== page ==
Lay the plant on a clean, dry surface and allow the roots to dry for 24 hours. The application of an anti-fungal agent such as etridiazole will help to eliminate any leftover fungus that may affect the future of the roots.

Step 3: Re-pot Your Plant

Close-up of a Christmas cactus ready to be transplanted on a wooden floor, next to other houseplants. Christmas cactus in a white pot, has many long, dense, flat, dark green stems, with oval segments with large serifs along the edges. There is also craft paper and gray garden gloves on the floor.
Transplant into a container with drainage holes using a cactus potting mix.

Once you have treated the roots and removed any damaged tissue, it is time to re-pot the plant. As a succulent, Schlumbergera needs to be planted in a container with proper drainage. If your cactus is potted in a container with no drainage, it will be much more difficult to create a healthy watering cycle, and much easier to overwater in the future.

Choose a container that has at least one drainage hole in the bottom, but preferably multiple holes. Choose a pot that is just slightly larger than the root ball, but not too large. Schlumbergera like to be a bit crowded in their container.

Terracotta pots are wonderful for succulents because they wick water away from the roots of the plant. Ceramic pots tend to be more decorative, but because they are glazed and non-porous, they also tend to hold more water. However, as long as it has good drainage holes in the bottom, a ceramic pot should be just fine.

When it comes to potting mix, avoid standard potting mix that can hold a lot of moisture in favor of a coarser mix. Potting mix with larger particles is best for succulent plants. Larger particles do not hold as much water.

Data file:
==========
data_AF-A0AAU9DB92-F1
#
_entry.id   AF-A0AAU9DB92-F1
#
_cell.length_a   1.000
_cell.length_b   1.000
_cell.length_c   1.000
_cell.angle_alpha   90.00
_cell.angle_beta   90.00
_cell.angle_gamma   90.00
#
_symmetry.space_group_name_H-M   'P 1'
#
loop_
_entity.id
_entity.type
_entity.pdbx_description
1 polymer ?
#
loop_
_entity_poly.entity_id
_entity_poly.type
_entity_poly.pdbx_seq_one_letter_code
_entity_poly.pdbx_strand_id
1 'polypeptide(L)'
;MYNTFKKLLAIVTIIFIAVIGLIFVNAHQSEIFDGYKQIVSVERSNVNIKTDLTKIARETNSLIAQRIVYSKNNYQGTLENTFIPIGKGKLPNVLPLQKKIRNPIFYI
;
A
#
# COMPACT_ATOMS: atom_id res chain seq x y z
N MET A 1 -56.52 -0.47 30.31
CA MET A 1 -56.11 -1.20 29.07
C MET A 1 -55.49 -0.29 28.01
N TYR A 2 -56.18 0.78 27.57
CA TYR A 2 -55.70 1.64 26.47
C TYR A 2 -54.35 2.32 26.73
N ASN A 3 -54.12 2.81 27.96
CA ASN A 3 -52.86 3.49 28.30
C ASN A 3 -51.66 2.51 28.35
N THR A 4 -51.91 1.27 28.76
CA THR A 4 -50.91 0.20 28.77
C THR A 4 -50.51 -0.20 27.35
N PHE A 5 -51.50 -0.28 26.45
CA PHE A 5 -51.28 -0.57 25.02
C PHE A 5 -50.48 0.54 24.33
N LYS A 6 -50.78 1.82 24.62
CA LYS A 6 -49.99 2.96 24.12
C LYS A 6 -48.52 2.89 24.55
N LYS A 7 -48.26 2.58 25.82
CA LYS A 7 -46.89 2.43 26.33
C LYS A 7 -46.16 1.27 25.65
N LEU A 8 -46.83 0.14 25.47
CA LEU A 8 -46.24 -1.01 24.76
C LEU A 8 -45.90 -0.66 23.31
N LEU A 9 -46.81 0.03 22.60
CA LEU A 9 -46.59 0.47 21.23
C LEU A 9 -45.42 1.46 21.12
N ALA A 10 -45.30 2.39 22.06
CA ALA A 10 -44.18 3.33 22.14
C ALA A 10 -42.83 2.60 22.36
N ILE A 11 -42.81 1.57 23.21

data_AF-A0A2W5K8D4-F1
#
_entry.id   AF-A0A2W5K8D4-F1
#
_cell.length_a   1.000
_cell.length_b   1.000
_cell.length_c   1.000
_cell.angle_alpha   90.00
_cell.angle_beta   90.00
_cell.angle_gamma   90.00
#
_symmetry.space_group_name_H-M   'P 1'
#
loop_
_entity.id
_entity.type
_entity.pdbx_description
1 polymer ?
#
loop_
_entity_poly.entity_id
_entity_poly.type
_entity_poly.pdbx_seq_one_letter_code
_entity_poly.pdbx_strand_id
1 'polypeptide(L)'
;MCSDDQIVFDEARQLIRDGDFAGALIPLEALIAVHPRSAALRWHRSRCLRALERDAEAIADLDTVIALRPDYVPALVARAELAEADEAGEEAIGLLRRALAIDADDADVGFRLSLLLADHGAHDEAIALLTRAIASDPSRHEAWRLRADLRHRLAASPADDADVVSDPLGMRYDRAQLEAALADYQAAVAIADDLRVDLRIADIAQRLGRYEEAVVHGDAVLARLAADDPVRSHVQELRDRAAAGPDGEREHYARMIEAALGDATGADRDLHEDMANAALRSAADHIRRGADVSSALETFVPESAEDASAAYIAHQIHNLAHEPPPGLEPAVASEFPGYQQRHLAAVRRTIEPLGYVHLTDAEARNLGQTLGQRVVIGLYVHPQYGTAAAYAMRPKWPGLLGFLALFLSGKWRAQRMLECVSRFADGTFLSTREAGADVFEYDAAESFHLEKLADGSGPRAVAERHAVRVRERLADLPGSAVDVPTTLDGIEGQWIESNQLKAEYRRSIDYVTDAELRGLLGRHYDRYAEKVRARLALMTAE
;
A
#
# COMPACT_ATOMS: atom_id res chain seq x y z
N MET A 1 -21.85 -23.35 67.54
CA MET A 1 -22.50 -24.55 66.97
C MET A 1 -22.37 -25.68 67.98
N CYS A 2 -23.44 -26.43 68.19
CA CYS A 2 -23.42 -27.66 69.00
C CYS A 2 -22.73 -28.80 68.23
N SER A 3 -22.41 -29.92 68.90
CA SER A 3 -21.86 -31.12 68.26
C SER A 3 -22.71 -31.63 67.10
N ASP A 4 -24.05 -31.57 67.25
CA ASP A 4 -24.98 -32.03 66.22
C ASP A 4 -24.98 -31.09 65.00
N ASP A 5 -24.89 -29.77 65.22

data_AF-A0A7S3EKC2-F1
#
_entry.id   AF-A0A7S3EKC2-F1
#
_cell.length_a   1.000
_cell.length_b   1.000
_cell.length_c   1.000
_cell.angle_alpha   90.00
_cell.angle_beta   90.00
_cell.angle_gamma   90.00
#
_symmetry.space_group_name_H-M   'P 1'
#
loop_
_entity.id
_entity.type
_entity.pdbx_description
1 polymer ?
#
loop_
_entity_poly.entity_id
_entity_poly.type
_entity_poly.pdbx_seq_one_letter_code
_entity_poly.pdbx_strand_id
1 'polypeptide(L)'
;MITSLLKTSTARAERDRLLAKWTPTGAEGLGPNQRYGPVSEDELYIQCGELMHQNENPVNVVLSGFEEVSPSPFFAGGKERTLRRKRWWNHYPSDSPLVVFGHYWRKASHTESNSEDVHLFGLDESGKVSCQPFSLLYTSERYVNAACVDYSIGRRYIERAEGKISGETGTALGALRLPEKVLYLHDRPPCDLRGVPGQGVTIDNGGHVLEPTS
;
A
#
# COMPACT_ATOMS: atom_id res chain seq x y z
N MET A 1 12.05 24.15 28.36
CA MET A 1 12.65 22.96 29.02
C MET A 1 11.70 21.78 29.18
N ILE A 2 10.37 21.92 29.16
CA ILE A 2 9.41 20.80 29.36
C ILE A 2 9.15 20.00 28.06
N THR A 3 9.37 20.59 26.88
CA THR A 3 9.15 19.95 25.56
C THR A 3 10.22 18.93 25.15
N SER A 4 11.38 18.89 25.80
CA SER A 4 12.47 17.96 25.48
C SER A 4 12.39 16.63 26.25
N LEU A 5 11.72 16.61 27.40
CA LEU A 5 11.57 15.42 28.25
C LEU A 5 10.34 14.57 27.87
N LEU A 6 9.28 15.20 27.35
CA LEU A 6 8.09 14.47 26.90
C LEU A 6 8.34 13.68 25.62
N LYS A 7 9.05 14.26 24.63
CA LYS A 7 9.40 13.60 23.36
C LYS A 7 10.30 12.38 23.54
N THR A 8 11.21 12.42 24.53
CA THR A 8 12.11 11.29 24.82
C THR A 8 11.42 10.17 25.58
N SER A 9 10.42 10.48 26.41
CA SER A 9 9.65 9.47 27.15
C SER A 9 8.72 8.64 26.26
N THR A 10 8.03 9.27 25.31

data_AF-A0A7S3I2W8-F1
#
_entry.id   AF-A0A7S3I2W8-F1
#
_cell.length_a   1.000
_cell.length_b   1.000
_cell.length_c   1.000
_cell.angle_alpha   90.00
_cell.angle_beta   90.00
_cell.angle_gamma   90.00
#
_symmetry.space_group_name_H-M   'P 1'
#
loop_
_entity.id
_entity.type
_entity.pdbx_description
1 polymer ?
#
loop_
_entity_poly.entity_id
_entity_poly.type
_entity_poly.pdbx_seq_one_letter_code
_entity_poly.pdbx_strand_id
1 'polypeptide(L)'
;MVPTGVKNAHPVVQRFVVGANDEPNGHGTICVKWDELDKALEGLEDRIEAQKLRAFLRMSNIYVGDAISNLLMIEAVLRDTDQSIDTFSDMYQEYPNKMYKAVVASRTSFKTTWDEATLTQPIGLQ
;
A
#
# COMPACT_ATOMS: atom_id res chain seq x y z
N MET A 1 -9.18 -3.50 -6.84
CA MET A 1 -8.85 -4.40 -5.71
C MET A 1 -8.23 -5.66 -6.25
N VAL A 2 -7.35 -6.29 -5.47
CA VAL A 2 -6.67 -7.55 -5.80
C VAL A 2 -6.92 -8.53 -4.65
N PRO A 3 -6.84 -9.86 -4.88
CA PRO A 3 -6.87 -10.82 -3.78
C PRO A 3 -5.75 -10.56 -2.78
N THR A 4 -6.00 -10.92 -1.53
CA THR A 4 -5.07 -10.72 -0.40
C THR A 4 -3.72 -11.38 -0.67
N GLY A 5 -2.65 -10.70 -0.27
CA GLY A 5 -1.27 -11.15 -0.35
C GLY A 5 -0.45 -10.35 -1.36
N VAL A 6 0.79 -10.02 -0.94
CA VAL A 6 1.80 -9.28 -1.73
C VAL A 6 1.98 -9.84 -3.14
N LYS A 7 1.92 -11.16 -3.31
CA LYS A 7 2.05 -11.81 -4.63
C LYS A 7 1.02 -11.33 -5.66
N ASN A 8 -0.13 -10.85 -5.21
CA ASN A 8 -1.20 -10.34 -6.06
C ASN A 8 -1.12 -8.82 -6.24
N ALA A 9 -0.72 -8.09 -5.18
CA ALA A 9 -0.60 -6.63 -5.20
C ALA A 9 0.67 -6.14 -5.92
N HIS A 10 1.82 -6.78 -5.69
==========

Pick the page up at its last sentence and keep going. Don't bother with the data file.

Begin with a foundation of compost rich in organic. matter and add larger particles of sand, pumice, or gravel to aid in drainage. A pre-mixed cactus potting mix is a great option for these plants as well.

Step 4: Prune Damaged Leaves

Close-up of a Christmas cactus plant with damaged stems, in a gray metal pot, on a shelf indoors. The plant has long, hanging, flattened dark green stems with oval segments. Some stems are brown, some are shriveled, sluggish.
Also, inspect the foliage and cut off any that are discolored, soft, or damaged.

Once your Christmas Cactus’ roots are treated and the plant is repotted, take a moment to inspect the foliage. A serious effect of root rot is the reduced intake of nutrients through the roots, and therefore, a decrease in the nutrients made available to the foliage. This is probably the element that brought the issue to your attention.

Look toward the base of the stems, where they connect to the roots. It is here that you will see the first signs of damage from the root rot. Any stems that are badly discolored, or soft and mushy at the base, should be removed with a sterile tool.

Dusting the open wounds with cinnamon or sulfur will help to dry them more quickly. A cut that heals quickly is ideal, as there is less opportunity for another infection to take hold.

Removing all tissue that is affected by fungus is an important step in controlling the spread of the disease. In severe cases, if there is more diseased foliage than healthy foliage, you may be hard-pressed to bring the plant back from the brink.

However, if there is still some root tissue and some foliage unharmed, even if it is a small amount, it is worth attempting.

Step 5: Adjust Care and Watering Habits

Close-up of a woman spraying water on a Christmas cactus on a light windowsill. Plant in a large clay pot. The Christmas cactus is large, with many flattened, green, segmented stems, with oval leaf-like plates with slightly serrated edges. Beautiful large double flowers of bright pink color bloom at the tips of the stems.
Water Schlumbergera once every 2-3 weeks when the soil is dry to the touch.

Once your Christmas Cactus has been treated and re-potted, it is important to modify the care routine that brought on the problem, to begin with. The best practice is to water only when the soil is dry to the touch.

The exception to allowing the soil to dry completely is when the plant is in bloom. During the blooming season, provide more water and keep the soil moist, but not soggy. For the rest of the year, watering once every 2-3 weeks should be sufficient to keep your cactus happy.